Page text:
I came across the guy above just outside Ban Mae Lana, possibly the most attractive rural village anywhere in the country. He made for a nice portrait, but initially I was drawn to his ‘luggage’:
a chicken container carved out of a length of bamboo, complete with a window and airholes! He explained that he takes the rooster into the woods, ties it to something and encourages it to call. This apparently attracts any ‘wild chickens’ (kai paa), which he then shoots. Unfortunately this particular chicken wasn’t yet ready. “He’s still scared of the forest,” explained the man, “He needs to be trained.”
I told you it was pretty.
The above is Mae Lana, the Shan village mentioned in my previous post. Mae Lana is located about 50km northeast of Mae Hong Son in a steep picturesque valley and is famous for Tham Mae Lana, a 12km-long cave.
Taking a break from the hectic metropolis that is Mae Hong Son, I decided to drive up to Mae Lana and stayed a night at Garden Home, the village’s only guest house. Waking up early the next morning, I went on a 20km walk that wound through mountain scenery:
and the occasional hilltribe village before terminating at Ban Tham Lot, another village near a cave.
I’ve previously blogged on khao kan jin, rice steamed with blood and bits of meat — a Shan/Thai Yai dish that’s popular here in Mae Hong Son. After eating at the previously mentioned stall for years, I finally found another vendor, hidden in a side street and located roughly across from the TOT (Telephone Organization of Thailand) office. Drizzled with garlic oil and served with sprigs of cilantro, raw garlic cloves and deep-fried dried chilies, there isn’t much to distinguish the khao kan jin (pictured above) here from my old standby. Both stalls are open at roughly the same time (3-6pm) and both serve khanom jeen nam ngiaw and deep-fried pork rinds. If anything, I’d say that the khao kan jin here is slightly less rich, and the stall also does a variation of the dish that has not been steamed and thus contains raw blood — the result being a rather intimidating bright pink ball of rice.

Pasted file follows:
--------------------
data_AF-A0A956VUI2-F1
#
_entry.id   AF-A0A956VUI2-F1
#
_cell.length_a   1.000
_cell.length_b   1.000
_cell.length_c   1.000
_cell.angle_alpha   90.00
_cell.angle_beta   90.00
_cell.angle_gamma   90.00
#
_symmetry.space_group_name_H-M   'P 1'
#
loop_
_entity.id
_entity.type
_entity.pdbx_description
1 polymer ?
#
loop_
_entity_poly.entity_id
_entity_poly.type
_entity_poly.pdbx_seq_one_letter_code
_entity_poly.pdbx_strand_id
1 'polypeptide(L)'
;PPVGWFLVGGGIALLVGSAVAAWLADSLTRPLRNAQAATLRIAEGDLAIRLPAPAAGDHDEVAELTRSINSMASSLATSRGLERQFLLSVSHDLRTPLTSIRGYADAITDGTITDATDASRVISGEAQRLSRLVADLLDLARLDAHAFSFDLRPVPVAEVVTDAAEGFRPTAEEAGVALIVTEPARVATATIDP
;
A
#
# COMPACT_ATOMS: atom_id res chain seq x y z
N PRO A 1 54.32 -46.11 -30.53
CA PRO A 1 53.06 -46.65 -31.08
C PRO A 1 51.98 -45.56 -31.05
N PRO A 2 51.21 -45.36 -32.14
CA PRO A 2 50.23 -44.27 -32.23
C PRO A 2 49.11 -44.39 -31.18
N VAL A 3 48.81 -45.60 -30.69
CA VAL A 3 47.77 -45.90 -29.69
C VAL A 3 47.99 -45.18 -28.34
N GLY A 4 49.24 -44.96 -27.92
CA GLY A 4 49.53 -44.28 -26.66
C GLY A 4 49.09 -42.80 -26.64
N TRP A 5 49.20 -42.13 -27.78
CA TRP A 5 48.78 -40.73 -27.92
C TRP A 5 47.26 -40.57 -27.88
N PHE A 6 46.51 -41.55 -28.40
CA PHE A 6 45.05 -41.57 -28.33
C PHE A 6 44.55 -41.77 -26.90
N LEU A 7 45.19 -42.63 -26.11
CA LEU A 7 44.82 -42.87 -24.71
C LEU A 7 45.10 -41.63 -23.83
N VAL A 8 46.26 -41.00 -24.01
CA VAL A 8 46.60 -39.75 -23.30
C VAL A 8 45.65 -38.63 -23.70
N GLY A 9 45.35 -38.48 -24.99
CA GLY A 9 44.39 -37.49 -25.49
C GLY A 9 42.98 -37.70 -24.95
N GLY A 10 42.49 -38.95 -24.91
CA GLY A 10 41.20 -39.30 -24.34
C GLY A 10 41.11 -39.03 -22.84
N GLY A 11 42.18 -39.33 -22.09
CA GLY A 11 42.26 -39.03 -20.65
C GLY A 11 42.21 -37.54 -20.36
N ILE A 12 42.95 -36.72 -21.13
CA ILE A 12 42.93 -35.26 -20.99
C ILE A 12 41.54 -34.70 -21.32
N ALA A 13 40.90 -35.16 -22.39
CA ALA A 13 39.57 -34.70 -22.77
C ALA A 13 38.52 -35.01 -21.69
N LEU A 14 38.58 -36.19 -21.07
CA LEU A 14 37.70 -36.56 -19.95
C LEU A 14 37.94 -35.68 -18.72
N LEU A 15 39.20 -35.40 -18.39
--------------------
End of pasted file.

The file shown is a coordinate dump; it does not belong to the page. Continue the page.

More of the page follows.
Khao kan jin
Located roughly across from TOT office, Mae Hong Son
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A rice field outside Mae Lana, Mae Hong Son, northern Thailand
A few pics of my walk from Ban Mae Lana to Ban Tham Lot.
Eating breakfast at a hill tribe village outside Mae Lana
Piglets at a hill tribe village outside Mae Lana
Limestone mountains outside Ban Tham Lot
The walk followed, more or less, this route:
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Locals eating breakfast at Mae Hong Son’s morning market
The breakfast choices offered at Mae Hong Song’s morning market are truly unlike anywhere else in Thailand. Although most tourists from Bangkok head directly for the jok (rice porridge) stall, there are some very cool local dishes including delicious deep-fried goodies called khang pong, the local version of khanom jeen nam ngiaw, a watery pork- and tomato-based soup served over rice noodles, and thua oon, a weird but tasty Burmese noodle dish in a thick gram bean gravy.